EXPLOITING GENOMICS TO UNDERSTAND MICROBIAL ADAPTATION AND RESISTANCE TO INDUSTRIAL PRESERVATIVES

Lead Research Organisation: Cardiff University
Department Name: School of Biosciences

Abstract

Preventing microbial contamination of industrial products and processes is a major area of industrial
biotechnology. Preservatives and detergents are added to products to ensure sterility, stable shelf-life, and reduce potential risk of infection to consumers. The manufacturing industry is one of the largest users of antimicrobial agents, however, with regulatory changes and a global need to reduce environmental impact, the sector is moving towards greener, minimal formulations. Certain bacteria show reduced susceptibility to antimicrobial agents and may also evolve greater resistance upon exposure to preservatives. Bacteria such as Pseudomonas, Burkholderia, Klebsiella, Enterobacter and Acinetobacter bacteria may persist during manufacture of consumer products causing disruptive plant closure or products recalls. Understanding the basis for resistance and anticipating adaptation are important for industry to develop novel product preservation strategies.
This PhD will work with Unilever Research and Development, Port Sunlight, to examine how bacteria adapt to overcome preservative strategies used by industry. State-of-the-art genomic approaches of bacterial whole genome sequencing (WGS) and global gene expression (transcriptomics via RNA-sequencing) will be used to map antimicrobial resistance genes, metabolic pathways and mutations that underpin preservative resistance in bacteria such as Pseudomonas, Burkholderia, Klebsiella, Enterobacter and Acinetobacter. The project will: (i) build custom genomic databases of each bacterial industrial contaminant species to enable their accurate identification and analysis; (ii) systematically map the resistance genes, metabolic pathways, and mutational signatures relevant to preservative resistance in each species; (iii) examine the genetic basis for adaptation to preservative resistance by analysis of bacteria strains which have been exposed to existing or novel preservative formulations. The project will provide an interdisciplinary training in molecular microbiology, industrial microbiology, bioinformatics and statistical analysis of big datasets. Placements with the industrial partner will
facilitate training in the applied aspects of industrial biotechnology, and the business strategies behind the home and personal care industry.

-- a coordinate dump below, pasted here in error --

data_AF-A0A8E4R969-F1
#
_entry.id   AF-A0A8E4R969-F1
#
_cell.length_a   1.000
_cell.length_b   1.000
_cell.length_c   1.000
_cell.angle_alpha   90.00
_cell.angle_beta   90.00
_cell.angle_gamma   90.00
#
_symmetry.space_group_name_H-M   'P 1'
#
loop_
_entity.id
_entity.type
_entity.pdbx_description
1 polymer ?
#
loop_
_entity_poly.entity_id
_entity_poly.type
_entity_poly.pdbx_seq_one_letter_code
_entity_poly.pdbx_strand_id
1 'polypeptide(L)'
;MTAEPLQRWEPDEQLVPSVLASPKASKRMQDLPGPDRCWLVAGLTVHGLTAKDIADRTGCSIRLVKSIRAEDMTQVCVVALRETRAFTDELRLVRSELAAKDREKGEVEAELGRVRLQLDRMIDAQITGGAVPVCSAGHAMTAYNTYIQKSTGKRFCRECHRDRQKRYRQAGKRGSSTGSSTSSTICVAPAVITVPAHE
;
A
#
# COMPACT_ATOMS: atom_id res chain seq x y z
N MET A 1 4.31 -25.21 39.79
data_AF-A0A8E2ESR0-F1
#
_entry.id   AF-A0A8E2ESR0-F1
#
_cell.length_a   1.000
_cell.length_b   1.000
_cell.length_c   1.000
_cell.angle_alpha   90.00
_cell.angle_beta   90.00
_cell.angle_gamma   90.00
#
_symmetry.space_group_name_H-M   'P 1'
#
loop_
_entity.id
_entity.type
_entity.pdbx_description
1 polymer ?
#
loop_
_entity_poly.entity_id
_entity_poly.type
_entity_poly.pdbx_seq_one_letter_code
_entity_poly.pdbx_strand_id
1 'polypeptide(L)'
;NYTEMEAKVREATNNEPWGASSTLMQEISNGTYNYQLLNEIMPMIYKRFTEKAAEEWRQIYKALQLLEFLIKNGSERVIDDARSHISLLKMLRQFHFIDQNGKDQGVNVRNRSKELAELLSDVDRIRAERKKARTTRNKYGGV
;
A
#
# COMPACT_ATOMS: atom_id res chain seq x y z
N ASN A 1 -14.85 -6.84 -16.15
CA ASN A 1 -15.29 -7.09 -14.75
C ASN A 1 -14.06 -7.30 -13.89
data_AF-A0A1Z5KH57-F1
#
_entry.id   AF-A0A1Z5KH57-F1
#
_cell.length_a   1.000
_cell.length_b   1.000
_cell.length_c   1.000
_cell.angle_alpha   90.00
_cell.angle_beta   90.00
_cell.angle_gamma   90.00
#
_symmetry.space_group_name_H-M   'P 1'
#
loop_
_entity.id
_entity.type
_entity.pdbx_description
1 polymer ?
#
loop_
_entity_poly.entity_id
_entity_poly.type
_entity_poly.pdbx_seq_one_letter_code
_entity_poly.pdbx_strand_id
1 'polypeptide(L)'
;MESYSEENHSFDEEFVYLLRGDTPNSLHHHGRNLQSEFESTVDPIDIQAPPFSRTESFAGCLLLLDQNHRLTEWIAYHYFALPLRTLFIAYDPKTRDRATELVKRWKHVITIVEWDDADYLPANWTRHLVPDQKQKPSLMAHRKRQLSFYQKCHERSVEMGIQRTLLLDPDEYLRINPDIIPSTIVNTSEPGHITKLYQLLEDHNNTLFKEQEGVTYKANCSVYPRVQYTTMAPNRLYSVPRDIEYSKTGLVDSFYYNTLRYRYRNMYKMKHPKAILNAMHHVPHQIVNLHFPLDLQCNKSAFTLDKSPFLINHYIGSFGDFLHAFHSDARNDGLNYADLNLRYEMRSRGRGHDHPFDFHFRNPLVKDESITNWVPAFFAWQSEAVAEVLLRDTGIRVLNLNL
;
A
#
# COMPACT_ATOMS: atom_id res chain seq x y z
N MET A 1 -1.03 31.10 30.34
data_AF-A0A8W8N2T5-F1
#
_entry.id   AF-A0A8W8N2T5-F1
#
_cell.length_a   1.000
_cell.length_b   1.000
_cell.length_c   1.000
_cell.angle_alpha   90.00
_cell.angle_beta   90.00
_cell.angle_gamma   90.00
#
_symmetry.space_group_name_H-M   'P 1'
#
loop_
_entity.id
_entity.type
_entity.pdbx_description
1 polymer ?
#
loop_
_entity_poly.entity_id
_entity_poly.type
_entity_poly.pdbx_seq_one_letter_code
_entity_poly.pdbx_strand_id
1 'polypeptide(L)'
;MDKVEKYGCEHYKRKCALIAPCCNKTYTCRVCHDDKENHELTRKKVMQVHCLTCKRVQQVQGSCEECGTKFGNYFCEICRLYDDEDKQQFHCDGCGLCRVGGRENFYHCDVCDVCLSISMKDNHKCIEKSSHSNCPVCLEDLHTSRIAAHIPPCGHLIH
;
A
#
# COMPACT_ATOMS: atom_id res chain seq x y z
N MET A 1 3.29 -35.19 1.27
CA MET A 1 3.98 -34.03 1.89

Studentship Projects

Project Reference Relationship Related To Start End Student Name
BB/M009122/1 01/10/2015 30/09/2023
1864373 Studentship BB/M009122/1 01/10/2016 25/11/2020 Edward Cunningham-Oakes
 
Description Home and personal care product (HPCP) industries use antimicrobial preservatives to prevent bacterial growth. HPCP formulations consist of proteins and varied carbon sources that facilitate the growth of microorganisms, such as intrinsically preservative-tolerant Burkholderia cepacia complex (BCC) bacteria. Until now, the proposed identification of BCC spp. has been via the use of Multi Locus Sequence Typing (MLST), which aims to provide species identification by analyzing seven gene loci. Our studies aimed to characterise the taxonomic diversity of a historical panel of industrial BCC spp., determine appropriate techniques for genomic identification of BCC species, with a focus on B. cenocepacia, BCC Taxon K and B. vietnamiensis as priority industrial contaminants. We also aimed to identify key genomic features in preservative-trained and industrially-derived B. lata isolates. We show that industrial isolates in the panel by MLST were B. lata (n = 13), B. cenocepacia (n = 11), followed other BCC spp. (n = 9). MLST was sufficient for accurate identification of B. cenocepacia, and B. vietnamiensis, but misidentified isolates in Taxon K. We also show that missense mutations can be identified in the regulators of efflux pump operons with a known role in antimicrobial resistance, which display increased expression in preservative-adapted isolates.
Exploitation Route Clear links have been drawn between the identification of unique genetic elements and preservative resistance, many of which have been published upon. This knowledge can be used by manufacturers and policy makers alike to accurate risk assess products for microbial contamination, prevent product recall, and protect consumers.
Sectors Agriculture, Food and Drink,Environment,Manufacturing, including Industrial Biotechology

 
Description Our characterisation of the bacteria and fungi found routinely in the industrial environment has advised industry as to the relative risk to their product, and how they can work to continue protecting consumers from microbial spoilage. Further work with regards to genomic characterisation and molecular detection of organisms of interest has advised industries as to how they can rapidly detect and characterise potential risk to products, on a rapid basis which is not attainable with current cultivation dependent techniques.
First Year Of Impact 2016
Sector Agriculture, Food and Drink,Environment,Manufacturing, including Industrial Biotechology,Pharmaceuticals and Medical Biotechnology
Impact Types Economic